The new boss of Getronics has pledged to restore customer confidence in the IT services firm, after a period of what he characterised as financial distress and mismanagement under its previous owner.
Getronics was sold to British private equity house GSH Private Capital last month for $200m. At the time, GSH said the takeover will safeguard thousands of jobs across Europe, Asia Pacific and Latin America following a "challenging period of transition" for the Amsterdam-based firm.
Talking to CRN sister publication Channel Partner Insight, Getronics' new executive chairman, Kenton Fine, laid out what steps he is taking to turn the IT services giant around.
Fine said he began to understand the missteps that Getronics' former management made once he started due diligence on the business.
"There wasn't a top flight CFO in place. There was briefly, but there wasn't anyone to replace them. And that was a big red flag," he said.
"In a fairly leveraged situation you've got to have your financial controls, your governance, everything has got to be completely slick. And this business did not have it - it just did not have it."
Taking an entirely new approach
Fine stressed that he is not a private equity player looking to make a quick buck and move on. The executive chairman pointed to his 24 year stint with facilities management outfit Servest as proof that he is taking a long-term approach with Getronics.
As a result, Getronics' new management intends to grow the business through organic and incremental growth supplemented with strategic bolt-on acquisitions.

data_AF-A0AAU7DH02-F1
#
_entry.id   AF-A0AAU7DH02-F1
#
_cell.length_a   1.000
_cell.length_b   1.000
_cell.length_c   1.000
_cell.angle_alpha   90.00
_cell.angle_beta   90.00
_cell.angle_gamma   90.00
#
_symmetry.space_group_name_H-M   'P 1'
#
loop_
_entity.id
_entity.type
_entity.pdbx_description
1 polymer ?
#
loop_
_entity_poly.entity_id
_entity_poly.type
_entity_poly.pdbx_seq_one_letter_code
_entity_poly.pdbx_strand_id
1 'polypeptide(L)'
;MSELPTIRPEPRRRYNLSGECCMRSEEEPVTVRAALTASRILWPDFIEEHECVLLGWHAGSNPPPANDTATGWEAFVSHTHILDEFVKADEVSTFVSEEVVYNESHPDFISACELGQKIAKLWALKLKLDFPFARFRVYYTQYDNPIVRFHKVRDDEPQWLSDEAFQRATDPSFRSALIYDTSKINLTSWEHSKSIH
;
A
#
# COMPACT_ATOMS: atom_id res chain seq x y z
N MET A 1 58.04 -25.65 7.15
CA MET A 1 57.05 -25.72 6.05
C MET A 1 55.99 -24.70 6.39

Fine stressed that Getronics will not be making any "transformational" acquisitions like its acquisition of Pomeroy back in 2018.
"It is simply not needed; we don't need to do anything wild," he said.
The new executive chairman said he also wants to change Getronics' corporate culture. He said he is a strong advocate of a flat management structure where senior executives are not afforded luxuries that are unavailable to the rest of the company.
"I am a guy that gained my Star Alliance Gold lifetime membership by flying coach class internationally. That's partly because, in the facility management industry, margins are tight, so you can't have the CEO or chairman flying around first class.
"You see in some businesses that the management lacks that feet-on-the-ground mentality and that modesty - it's just not right.
"It is just the wrong behaviour and it's just sending out the wrong message. People aren't idiots - they can see behaviour patterns and they can see what's going on. They can see lack of governance and they can see these patterns happening."
See Channel Partner Insight for the full interview.
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